The sun is shining, the snow is melting, and spring is in the air! As we get excited to enjoy the outdoors, go on vacation, freshen up the house with a good cleaning and fresh flowers, it’s also important for pet owners to prepare their pets for spring. Here are five things to consider:
1. Spring Break Traveling
Heading out of town for a week? If you plan to bring your pet with you, make sure you plan and prepare accordingly! This means an appointment with your family veterinarian, updating ID tags or microchip information, choosing pet-friendly lodging, and packing all of your pet’s essentials. Find more tips on traveling with your pets here! For those planning to board pets or hire a pet sitter, it’s also important to prepare whoever will be caring for your pet. Create documents with contact information, food and medication instructions, and any other information they should know about your pet. It’s also important to provide your family veterinarian’s contact information and your preferred emergency veterinarian’s contact information. For a list of other details your pet’s sitter or boarder should know in case of a pet emergency, click here!
2. Spring Cleaning
Planning to do some spring cleaning? Keep in mind that many cleaning products, even “natural” ones, are toxic to pets. Often, pets accidentally ingest cleaning chemicals as they self-groom after sprays have gotten on their fur or paws. There’s also the risk of skin irritation from chemical burns and respiratory difficulty from the strong cleaning fumes. Here are more tips on how to keep your pets safe while you clean! On another note, while you are cleaning your house, it’s a great time to do some spring cleaning for your pets! Throw out or donate any toys, bedding, or clothing that your pet isn’t using. You can also do some deep-cleaning by throwing items in the wash, emptying the litter box for a good scrub, or sewing up any ripped or torn items. It’s also a good time to go out in the yard and pick up your pup’s poop!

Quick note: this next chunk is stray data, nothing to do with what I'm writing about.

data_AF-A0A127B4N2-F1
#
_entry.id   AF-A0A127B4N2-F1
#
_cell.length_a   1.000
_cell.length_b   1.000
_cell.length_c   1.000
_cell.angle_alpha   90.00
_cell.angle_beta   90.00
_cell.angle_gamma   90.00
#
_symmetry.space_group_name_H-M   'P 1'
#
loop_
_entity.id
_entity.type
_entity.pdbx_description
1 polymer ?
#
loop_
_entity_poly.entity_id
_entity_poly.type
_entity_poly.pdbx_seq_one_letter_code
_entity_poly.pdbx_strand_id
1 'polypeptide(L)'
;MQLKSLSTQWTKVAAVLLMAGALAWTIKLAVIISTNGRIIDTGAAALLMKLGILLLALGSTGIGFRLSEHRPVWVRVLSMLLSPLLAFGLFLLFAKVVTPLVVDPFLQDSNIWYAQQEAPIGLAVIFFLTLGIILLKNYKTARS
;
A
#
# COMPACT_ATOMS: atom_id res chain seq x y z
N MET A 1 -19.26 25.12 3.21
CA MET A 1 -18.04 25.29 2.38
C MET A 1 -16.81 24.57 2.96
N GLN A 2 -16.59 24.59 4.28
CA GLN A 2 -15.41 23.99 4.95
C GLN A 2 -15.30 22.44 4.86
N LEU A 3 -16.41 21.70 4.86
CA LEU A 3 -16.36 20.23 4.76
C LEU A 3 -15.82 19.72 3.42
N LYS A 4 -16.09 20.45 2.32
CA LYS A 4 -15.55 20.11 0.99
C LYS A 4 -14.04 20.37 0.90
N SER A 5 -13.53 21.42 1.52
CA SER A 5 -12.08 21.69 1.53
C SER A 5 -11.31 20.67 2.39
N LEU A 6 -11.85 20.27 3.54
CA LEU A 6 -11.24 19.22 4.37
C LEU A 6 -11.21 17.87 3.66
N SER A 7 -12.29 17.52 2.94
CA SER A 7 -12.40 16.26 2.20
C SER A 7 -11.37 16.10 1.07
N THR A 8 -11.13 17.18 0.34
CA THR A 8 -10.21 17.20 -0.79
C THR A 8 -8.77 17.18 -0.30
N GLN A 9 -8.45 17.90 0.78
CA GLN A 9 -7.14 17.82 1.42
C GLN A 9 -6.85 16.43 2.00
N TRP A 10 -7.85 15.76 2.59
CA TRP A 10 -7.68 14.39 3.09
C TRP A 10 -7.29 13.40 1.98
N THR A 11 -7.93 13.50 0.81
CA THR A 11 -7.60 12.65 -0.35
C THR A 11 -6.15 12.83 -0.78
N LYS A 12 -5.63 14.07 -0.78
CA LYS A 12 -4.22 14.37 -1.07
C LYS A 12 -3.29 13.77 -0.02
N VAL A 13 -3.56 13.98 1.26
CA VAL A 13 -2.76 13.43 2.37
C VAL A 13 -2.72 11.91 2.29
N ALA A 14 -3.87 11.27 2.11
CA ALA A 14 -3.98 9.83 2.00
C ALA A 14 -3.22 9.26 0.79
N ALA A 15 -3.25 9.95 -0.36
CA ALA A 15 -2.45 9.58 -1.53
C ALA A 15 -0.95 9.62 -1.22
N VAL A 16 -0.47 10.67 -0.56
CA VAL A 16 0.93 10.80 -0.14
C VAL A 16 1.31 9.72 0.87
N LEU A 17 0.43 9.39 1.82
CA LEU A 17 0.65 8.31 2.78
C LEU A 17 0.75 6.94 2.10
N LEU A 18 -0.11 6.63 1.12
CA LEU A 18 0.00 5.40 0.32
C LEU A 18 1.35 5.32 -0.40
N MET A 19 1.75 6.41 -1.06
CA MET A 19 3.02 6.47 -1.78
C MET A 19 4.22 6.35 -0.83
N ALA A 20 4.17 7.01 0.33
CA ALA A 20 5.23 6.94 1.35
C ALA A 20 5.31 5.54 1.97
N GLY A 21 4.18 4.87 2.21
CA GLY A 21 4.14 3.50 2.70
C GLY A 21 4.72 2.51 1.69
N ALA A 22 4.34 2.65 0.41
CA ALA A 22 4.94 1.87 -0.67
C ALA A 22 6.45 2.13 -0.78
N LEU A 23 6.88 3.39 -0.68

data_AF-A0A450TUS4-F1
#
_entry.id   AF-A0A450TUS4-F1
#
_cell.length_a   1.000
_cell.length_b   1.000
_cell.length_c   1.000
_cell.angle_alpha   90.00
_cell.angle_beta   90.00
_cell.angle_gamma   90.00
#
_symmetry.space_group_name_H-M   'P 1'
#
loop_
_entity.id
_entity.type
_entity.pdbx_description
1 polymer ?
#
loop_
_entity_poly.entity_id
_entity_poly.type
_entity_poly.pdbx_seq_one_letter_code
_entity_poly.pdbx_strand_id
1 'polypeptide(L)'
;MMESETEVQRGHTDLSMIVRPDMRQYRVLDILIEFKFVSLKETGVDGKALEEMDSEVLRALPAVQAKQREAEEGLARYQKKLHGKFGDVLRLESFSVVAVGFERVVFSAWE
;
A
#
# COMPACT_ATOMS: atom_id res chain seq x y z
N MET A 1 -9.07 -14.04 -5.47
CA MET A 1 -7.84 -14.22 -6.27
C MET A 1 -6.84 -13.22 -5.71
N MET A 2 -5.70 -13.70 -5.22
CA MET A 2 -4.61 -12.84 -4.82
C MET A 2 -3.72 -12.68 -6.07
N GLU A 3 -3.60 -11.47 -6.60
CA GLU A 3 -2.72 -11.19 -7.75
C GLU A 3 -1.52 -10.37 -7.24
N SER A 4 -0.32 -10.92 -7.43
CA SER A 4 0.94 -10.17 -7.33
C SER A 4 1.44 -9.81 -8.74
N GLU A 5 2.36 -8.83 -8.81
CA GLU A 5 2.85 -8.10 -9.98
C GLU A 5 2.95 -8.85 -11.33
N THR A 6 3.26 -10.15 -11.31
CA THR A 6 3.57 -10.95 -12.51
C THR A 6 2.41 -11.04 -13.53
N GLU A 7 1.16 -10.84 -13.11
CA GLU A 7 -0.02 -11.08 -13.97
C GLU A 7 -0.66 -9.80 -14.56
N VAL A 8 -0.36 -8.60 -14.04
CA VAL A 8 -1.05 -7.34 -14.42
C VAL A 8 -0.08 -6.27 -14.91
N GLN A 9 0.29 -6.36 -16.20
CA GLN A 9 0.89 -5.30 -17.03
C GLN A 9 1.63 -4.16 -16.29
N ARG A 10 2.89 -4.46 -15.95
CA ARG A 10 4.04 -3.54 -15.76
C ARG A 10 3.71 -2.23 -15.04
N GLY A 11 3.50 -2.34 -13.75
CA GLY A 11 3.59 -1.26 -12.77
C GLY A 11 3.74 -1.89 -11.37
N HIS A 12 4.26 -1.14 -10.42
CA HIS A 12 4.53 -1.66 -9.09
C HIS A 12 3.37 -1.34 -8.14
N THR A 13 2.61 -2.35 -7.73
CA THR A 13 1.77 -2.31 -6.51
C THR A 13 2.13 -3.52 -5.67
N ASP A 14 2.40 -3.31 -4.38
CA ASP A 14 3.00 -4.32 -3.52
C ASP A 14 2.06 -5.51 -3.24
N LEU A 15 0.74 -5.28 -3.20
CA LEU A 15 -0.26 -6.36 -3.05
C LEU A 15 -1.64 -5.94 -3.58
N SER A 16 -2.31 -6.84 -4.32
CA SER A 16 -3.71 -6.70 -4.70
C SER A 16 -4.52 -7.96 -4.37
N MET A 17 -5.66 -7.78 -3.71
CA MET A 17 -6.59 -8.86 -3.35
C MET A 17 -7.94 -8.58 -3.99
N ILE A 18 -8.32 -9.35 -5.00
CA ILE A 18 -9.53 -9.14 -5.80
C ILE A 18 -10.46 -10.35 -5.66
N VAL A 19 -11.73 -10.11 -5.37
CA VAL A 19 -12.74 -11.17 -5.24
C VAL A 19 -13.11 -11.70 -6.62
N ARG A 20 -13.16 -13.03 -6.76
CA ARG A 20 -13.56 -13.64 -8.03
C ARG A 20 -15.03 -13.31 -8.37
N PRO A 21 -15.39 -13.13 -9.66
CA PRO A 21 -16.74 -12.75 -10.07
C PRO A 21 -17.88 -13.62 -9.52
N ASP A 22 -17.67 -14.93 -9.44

Side note: As you throw open the windows, keep in mind that cats, typically male cats, may pick up on outdoor cat scents and become territorial. This often leads to cat spraying.
3. Get Outside
We know you and your dog can’t wait to enjoy some fresh air! But be careful while hiking, playing in the dog park, or even simply going for a walk. These outdoor activities are fun, but pet owners need to take precautions to keep their pets safe. Try to keep your dog on a leash to avoid punctures or lacerations from sticks or branches. At the dog park, it’s also important to decide if your dog is a good fit for dog parks. Consider your dog’s behavior, aggression, age, and sociability.
4. Spring Toxins and Dangers
A new season means more toxins to be mindful of! In addition to cleaning supplies, there are many other concerns such as toxic flowers and plants, rat/mouse poison, snail/slug bait, antifreeze, toxic human foods such as chocolate, grapes, and xylitol products, and medications. One of the biggest spring dangers are lilies! These flowers are deadly to cats. The smallest sniff of pollen, sip of the vase water, or bite of the stem or petals can cause kidney failure. There are also many Easter pet dangers to consider if your family celebrates this holiday.
5. Pet Health
If it’s been over a year since your pet’s last veterinary exam, spring is a great time to set up an appointment with your family veterinarian! This time of year is a great opportunity to discuss preventative care, especially heartworm, tick, and flea preventatives. Another important health topic to consider during the spring are pet allergies. Just like humans, pets can have allergies and their seasonal allergies often flair up during spring. Watch for symptoms such as scratching, biting, licking or chewing at the paws, red and inflamed skin, sores on the skin, butt scooting, or chronic ear infections. If you notice these signs, discuss your concerns with your family veterinarian.
We hope you and your pets enjoy the spring weather while also staying safe! If your pet experiences an emergency this spring and your family veterinarian is unavailable, both Animal Emergency & Referral Center of Minnesota’s Oakdale and St. Paul clinics are open 24/7, every day of the year.